4. What was your major and how did it affect your career decisions?
I majored in Political Science and minored in Economics at Holy Cross. I loved majoring in Political Science and took so many great courses at Holy Cross that I knew I wanted to continue my pursuit toward working in the government. I considered getting a master’s degree in public policy, but at the time, I wasn’t sure that was ultimately the area that I wanted to spend my entire career in. After learning about the broad range of careers that people with law degrees have, from practicing law in the traditional sense to being CEOs of companies and everything in between, I decided that going to law school would provide me with more flexibility over the course of my career. Ultimately, the law school I selected to attend also offered a Law and Public Policy Certificate program, so I could still pursue that aspect of my education.
5. What are one or two skills that you developed at Holy Cross that you use in your work?
Some of the most important skills I developed at Holy Cross that I use in my work are the ability to clearly write and communicate, as well as to analyze complex issues and succinctly explain them to others. Also, time management is crucial because on a daily basis I have numerous competing demands that I need to balance in order to meet various, oftentimes short, deadlines.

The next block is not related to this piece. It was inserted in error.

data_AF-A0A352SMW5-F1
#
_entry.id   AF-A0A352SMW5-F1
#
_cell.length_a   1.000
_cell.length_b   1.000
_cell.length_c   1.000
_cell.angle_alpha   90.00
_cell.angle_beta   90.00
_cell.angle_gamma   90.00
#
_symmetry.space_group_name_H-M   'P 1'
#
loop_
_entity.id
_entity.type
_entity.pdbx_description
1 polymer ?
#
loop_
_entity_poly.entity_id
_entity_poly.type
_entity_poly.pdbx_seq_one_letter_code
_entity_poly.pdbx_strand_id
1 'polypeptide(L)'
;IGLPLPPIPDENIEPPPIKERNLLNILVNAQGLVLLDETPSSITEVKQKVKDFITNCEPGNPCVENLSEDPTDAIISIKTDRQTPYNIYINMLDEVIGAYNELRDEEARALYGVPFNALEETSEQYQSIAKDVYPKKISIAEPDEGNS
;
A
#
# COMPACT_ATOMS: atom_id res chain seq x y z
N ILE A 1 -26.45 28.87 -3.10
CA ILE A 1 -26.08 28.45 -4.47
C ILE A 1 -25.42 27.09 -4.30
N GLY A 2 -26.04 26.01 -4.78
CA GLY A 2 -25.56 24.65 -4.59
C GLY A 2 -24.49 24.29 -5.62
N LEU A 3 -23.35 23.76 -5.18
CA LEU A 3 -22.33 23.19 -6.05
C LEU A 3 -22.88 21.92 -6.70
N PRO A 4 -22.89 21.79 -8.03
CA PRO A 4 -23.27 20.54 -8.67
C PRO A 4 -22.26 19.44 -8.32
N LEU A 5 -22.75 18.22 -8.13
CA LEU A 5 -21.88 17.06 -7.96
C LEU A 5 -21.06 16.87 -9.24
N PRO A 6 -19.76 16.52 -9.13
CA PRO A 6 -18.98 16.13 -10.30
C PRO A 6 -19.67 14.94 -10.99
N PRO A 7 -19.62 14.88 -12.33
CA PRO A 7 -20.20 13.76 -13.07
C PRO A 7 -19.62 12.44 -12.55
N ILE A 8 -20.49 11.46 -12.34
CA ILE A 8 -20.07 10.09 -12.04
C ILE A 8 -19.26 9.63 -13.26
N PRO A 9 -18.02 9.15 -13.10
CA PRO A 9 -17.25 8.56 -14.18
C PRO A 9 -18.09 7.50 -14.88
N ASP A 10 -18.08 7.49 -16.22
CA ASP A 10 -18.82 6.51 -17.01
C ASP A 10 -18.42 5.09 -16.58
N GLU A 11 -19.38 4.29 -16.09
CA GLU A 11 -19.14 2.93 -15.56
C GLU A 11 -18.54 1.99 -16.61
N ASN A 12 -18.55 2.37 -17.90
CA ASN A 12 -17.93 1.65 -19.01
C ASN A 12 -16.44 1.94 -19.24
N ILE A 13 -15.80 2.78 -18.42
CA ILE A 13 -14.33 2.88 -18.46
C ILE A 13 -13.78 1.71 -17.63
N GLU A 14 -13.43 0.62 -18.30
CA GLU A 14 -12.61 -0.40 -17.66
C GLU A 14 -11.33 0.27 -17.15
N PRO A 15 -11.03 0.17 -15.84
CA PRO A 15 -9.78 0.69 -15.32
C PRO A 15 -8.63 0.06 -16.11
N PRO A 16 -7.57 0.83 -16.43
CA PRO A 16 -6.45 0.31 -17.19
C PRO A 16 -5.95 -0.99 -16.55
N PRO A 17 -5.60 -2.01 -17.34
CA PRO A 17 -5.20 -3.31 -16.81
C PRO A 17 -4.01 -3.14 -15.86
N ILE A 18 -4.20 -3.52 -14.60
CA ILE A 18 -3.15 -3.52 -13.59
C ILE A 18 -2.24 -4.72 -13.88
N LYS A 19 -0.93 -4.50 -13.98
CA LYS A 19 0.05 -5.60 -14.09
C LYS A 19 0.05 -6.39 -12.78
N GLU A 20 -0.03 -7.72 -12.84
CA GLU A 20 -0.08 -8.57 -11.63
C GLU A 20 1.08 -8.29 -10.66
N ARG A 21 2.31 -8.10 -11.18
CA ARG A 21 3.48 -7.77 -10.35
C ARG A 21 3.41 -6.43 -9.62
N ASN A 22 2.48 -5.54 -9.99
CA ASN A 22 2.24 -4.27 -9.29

6. What advice do you have for students on campus today?
I recommend reaching out to Holy Cross alumni to ask if they would be willing to do an informational interview with you. It is a good way to learn more about what their current position entails and the steps they took to get to that point in their career. I’ve met with numerous alumni who have all been very generous with their time and it is a beneficial way to informally learn more about various positions and career paths. The strength of the Holy Cross Alumni Network is very true.
Doing internships or volunteer work in an area in which you are interested in gaining additional experience is beneficial. Internships and volunteering also provide you with an opportunity to see whether that type of work is something that you truly enjoy doing and want to pursue as a career. Programs such as Holy Cross’ Washington Semester Program are invaluable in terms of providing you with a high-quality internship and work experience.
Another suggestion is to join professional organizations, even while you are still a student. Many organizations offer free or reduced membership rates to students, offer valuable mentoring programs, and provide leadership opportunities. I am on the Board of Directors of the Women’s Bar Association of the District of Columbia and we always encourage students to attend our events and to get more involved, which provides students with an opportunity to learn about various areas of the law in which they may want to pursue a career.